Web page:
Fairygodboss Contributor
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We all know that 9-to-5 jobs aren’t exactly a thing anymore — especially with studies showing Americans are working more now than ever, thanks to COVID-19's impact on work-life balance. 

Yet, while long hours are pretty much the norm these days, that does not mean that work should be taking over your life. If you can barely find time to get up and use the bathroom during the workday — or if you’re beginning to realize you haven’t FaceTimed your friends in a year — you’re probably neglecting your personal life. 

Here are seven signs that you need to start paying better attention to your work-life balance:

1. The first thing you do before you go to bed — and the first thing you do when you open your eyes in the morning — is check your work email

We’re not suggesting you need to unplug completely after work hours (though if you can, by all means, go for it!). But if you don’t allow yourself some time to unwind and relax, particularly before you go to sleep, you’re going to drive yourself to burnout.

2. You’ve been avoiding the doctor — not because you’re afraid of going, but because you have literally no free time. 

No matter what’s going on at work, your health is most important. This year has taught us that. If you’ve been meaning to get something checked out — or even if you’re just long overdue for a visit, making time for it is crucial. If you feel like it’s just impossible because of your job, you need to reevaluate your workload... or at least force yourself to better prioritize your physical well-being. 

3. Your SO complains that all you talk about is work. 

Don’t become one of those people! Of course, you spend many of your waking hours working, so it’s normal and constructive to debrief or vent to your loved ones. But if people start noticing that your job is all you can talk about, that’s a sign that you’re a little too wrapped up in what’s going on at work. Whether this means you need a new job or a more manageable workload, figure it out so you don’t wind up alienating the people you care about most. 

4. You can’t remember the last time you didn’t work through most of the weekend.

Not OK. Weekends — whether that’s the typical Saturday/Sunday for you or two different days throughout the week — are when you’re supposed to take care of all the non-work related errands and fun activities that you can’t fit in during the week. 

Spending a few hours catching up on emails or finishing a project isn’t the worst thing. But if it’s been months since you’ve had a few hours to spend binge watching something on Netflix, that’s a sign that you aren’t getting the free time you need and deserve.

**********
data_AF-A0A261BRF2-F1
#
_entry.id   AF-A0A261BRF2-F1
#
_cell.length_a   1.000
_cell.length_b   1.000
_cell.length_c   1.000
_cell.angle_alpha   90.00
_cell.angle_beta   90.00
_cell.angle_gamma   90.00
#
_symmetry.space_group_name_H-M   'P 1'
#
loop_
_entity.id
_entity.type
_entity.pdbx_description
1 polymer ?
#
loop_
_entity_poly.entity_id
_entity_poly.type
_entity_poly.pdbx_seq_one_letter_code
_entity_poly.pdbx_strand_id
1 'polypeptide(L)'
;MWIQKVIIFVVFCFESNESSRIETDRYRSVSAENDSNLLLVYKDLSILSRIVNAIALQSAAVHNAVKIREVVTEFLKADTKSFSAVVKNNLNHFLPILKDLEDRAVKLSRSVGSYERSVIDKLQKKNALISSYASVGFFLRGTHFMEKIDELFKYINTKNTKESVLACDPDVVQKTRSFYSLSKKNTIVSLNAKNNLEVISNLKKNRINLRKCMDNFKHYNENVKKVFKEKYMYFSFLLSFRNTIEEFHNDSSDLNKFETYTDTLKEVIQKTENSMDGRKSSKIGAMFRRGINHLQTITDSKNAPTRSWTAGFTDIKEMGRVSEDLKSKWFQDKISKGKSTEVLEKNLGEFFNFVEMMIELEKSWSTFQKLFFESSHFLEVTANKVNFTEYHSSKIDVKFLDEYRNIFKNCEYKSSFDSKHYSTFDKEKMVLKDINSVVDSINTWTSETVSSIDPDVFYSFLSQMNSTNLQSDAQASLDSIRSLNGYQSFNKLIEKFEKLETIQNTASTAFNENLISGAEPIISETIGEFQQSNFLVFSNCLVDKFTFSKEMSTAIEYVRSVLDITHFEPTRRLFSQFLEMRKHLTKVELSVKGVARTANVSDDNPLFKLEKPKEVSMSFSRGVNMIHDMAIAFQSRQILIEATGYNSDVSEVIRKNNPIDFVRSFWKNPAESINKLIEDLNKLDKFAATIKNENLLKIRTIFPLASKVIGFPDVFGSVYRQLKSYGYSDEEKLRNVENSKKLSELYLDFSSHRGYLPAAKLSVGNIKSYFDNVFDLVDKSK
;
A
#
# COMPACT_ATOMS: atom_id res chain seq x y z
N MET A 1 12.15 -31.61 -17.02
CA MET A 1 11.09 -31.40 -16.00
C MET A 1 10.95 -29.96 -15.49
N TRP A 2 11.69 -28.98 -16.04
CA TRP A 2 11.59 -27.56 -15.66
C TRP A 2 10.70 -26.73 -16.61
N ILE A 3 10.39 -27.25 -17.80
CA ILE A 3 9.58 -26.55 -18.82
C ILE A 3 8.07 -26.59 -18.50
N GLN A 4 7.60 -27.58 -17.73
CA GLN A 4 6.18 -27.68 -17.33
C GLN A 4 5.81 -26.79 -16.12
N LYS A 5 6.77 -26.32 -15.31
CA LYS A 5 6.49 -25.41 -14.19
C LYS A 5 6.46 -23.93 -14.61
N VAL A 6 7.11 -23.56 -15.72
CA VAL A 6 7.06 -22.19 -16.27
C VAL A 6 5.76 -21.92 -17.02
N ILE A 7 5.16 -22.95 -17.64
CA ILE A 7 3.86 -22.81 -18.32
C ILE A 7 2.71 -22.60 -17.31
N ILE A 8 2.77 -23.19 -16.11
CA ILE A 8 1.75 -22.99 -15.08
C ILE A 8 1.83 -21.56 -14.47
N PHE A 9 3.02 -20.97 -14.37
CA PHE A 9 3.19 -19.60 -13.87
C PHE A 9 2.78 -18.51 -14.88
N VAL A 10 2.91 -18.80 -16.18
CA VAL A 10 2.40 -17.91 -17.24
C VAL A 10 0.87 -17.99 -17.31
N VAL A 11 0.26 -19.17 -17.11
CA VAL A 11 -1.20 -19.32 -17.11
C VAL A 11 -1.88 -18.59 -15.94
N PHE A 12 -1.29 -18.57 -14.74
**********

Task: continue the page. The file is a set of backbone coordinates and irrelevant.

5. You consistently have to back out of plans. 

We’ve all had to cancel plans because we get stuck working late, and it sucks. But does it happen to you pretty much every time you try to make plans with friends? Or did you miss your daughter’s last three Zoom meet-and-greets? If the answer is 'yes,' you’re going to want to find a way to adjust your schedule or workload so that you’re able to stick to your commitments beyond work.

6. Your home is a disaster. 

Maybe you’re messy by nature, but chances are, you don’t like living in a pigsty. If you can’t find time to do laundry or dishes because you’re working pretty much every minute that you’re awake, you need a wakeup call (and you don’t want that wakeup call to be some kind of bug infestation in your dirty kitchen). 

7. Your coworkers seem to be doing just fine — but you’re continuously drowning. 

There’s a saying that if you want something to get done, it’s better to ask a busy person to do it. Do you feel like everyone at work comes to you for everything, even though you’re insanely swamped, while your coworkers are managing to catch up on TV during their lunch break? That’s because it’s clear that you’re competent and efficient. It doesn’t mean you should let your colleagues take advantage of you or that you should try to be superhuman.

How to manage

The trick is finding the delicate balance between working hard (or, let’s say, killing it at work)... and also making time for yourself. If you suspect work is taking over your life, it probably is. It’s easier said than done, but you can figure out how to adjust your mindset or your workload so you can function both in and out of the office. Maybe it's speaking up for yourself and making sure you’re not taking on an unreasonable amount of responsibility. This can come in the form of a candid conversation with your manager, or simply volunteering someone else for a project. Maybe it's setting forced breaks — blocking hours on your calendar where you're unavailable to get more done from 9 to 5. Or maybe it's searching for a new role that let's you put the rest of your life up front, for once. 

This article was written by a FGB Contributor.

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